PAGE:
‘Communal Voice’ Adds Life To Stories

Anyone who has spent time enough in Hawaii to pick up the lilt of the local language should enjoy the stories of Kathleen Tyau.

Tyau, a native of Oahu who has lived on the mainland since coming to Portland for college in 1966, has just published her first book, “A Little Too Much is Enough.”

And when she reads from it on Wednesday at Auntie’s Bookstore, you might hear her read a passage such as this:

“‘Aay, no make li’ dat,” shouts Alfred. “No make li’ dat, I told you. Aay, no throw the mango. You like beef or what? You like I break your face?”’

Or: “Poi is very hard head. Sticks to your hands, sticks to your mouth, hard to wash off. But taste real ono with kalua pig and lomi lomi salmon. All the salty food.”

Or even: “Annabel is hapa haole - half Chinese, half Irish. It’s the Irish, the haole blood, that makes her hapa. Her hair is thick and long, the color of koa wood, dark brown with streaks of red. Her eyelashes curl like waves, and her eyelids fold back into tiny Venetian blinds even without the help of Scotch tape. Her skin looks like a vanilla ice cream cone licked smooth.”

But even if you aren’t familiar with the pidgin English spoken throughout the Hawaiian Islands, Tyau’s book should prove intriguing. It is a series of loosely linked vignettes that portray the kind of family life she enjoyed growing up on Oahu in the era following World War II, through statehood in 1959 and on into the ‘60s.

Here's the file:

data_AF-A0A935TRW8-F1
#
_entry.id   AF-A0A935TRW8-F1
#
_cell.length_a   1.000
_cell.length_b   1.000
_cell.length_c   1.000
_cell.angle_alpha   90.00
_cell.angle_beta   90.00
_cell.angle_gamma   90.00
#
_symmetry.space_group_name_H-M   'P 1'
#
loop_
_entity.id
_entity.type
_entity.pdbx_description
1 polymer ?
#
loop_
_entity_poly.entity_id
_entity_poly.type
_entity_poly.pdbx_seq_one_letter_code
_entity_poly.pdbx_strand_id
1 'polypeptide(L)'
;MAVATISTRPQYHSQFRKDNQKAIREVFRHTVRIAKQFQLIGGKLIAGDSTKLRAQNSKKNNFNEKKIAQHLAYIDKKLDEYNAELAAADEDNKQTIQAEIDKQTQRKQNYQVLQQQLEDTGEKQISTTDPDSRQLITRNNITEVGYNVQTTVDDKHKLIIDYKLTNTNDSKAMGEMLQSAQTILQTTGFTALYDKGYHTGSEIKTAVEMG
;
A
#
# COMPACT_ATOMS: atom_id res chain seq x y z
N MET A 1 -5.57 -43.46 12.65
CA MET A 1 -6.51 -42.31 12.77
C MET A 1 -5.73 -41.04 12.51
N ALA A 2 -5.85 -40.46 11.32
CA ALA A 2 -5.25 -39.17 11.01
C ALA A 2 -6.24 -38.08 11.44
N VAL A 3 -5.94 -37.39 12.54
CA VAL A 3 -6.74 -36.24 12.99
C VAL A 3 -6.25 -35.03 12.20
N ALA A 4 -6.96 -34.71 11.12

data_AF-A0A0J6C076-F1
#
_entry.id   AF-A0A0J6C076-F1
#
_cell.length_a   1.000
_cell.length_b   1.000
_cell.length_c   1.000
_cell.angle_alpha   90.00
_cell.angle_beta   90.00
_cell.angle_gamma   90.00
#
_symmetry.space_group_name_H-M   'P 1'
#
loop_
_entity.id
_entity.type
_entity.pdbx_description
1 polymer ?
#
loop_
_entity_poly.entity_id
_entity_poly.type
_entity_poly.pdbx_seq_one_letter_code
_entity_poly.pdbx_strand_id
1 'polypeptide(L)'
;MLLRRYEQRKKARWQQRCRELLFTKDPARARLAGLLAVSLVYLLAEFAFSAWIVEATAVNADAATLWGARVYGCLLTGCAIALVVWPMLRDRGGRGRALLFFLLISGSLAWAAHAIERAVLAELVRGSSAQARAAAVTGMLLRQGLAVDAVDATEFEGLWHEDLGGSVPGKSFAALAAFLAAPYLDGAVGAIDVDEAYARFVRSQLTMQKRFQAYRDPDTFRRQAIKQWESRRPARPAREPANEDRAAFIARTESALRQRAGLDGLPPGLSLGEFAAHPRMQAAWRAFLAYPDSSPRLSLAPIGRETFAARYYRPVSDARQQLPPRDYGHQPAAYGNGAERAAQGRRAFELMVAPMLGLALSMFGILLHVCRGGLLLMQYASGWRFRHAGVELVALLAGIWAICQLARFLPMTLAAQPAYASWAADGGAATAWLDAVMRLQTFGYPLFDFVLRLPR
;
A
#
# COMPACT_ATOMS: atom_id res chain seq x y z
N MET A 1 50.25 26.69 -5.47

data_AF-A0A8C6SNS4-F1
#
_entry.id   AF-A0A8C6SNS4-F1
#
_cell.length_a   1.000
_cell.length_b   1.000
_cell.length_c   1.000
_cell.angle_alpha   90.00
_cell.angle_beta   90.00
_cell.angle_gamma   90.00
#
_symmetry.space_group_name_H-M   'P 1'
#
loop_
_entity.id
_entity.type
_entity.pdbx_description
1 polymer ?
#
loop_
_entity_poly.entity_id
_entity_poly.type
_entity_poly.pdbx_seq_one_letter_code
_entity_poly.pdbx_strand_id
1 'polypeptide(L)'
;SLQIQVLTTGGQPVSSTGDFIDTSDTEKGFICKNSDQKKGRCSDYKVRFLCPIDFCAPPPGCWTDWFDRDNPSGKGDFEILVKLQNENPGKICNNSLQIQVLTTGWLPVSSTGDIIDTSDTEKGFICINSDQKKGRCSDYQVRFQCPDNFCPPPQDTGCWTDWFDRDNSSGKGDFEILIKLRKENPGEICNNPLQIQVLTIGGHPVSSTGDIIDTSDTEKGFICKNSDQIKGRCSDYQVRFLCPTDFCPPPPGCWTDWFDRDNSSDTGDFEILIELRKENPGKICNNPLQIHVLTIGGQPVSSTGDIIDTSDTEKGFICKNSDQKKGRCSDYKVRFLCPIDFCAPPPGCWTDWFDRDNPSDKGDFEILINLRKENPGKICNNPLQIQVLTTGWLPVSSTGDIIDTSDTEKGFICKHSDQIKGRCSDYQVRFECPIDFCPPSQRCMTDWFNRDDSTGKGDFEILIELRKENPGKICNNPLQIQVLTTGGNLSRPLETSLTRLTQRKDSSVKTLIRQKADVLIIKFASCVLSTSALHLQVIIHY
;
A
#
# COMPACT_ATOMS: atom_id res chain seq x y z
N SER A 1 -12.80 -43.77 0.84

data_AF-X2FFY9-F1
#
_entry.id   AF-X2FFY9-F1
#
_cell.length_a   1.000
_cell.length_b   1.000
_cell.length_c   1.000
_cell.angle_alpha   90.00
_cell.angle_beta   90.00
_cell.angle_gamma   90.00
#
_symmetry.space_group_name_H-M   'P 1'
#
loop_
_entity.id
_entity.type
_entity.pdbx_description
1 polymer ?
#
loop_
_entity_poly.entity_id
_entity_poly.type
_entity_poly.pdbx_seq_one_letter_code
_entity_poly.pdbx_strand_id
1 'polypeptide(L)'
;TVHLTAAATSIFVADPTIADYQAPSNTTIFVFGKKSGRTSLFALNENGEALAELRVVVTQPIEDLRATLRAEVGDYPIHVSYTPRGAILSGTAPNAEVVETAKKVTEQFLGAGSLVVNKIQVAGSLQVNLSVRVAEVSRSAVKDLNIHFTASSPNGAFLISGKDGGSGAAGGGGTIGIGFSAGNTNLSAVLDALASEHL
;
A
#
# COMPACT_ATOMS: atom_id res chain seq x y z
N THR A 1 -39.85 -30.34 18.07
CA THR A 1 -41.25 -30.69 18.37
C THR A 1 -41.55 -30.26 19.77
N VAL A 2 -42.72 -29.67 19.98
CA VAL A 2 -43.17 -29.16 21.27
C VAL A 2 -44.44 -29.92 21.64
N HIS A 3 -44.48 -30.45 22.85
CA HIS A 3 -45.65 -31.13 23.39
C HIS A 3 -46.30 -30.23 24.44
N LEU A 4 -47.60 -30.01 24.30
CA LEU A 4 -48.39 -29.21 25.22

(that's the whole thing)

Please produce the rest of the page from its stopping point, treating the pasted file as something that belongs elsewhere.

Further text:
“I decided to create a family that wasn’t my own in any kind of definite way,” Tyau explains.

The notion of family and all that word entails, especially when applied to the rituals surrounding food, is what spurred Tyau - who is mostly Chinese, part Hawaiian with a smidgen Portuguese - to write this, her first, novel.

After hearing National Book Award-winner Charles Johnson speak about the “communal voice” in his novels, Tyau realized the same held true for her island culture. “I thought, ‘That’s true. There is no single Hawaiian voice.”’

Her own experience demonstrates that. She hails from a generation that wanted its children to be better educated. “We were not encouraged to speak pidgin English,” she says. “We only spoke it with our friends.”

Now, however, a growing number of Hawaiians of all ethnic origins are turning back to a way of speaking that is inherently home-grown. And it’s showing up in print.

“There’s really quite a body of literature in the islands now that’s written in pidgin,” Tyau says.

Hers is only one. Even then she was asked by her editors to tone it down. She did, but only to a point.

“I wanted to convey the idea that the words were so ingrained in the culture that the people speaking them didn’t think of them as foreign,” she says.

Neat, yah? OK, story all pau now.

, DataTimes ILLUSTRATION: 2 Color photos

MEMO: This sidebar appeared with the story: READING Kathleen Tyau will read from her novel “A Little Too Much is Enough” at 7:30 p.m. Wednesday at Auntie’s Bookstore, Main and Washington.

This sidebar appeared with the story: READING Kathleen Tyau will read from her novel “A Little Too Much is Enough” at 7:30 p.m. Wednesday at Auntie’s Bookstore, Main and Washington.

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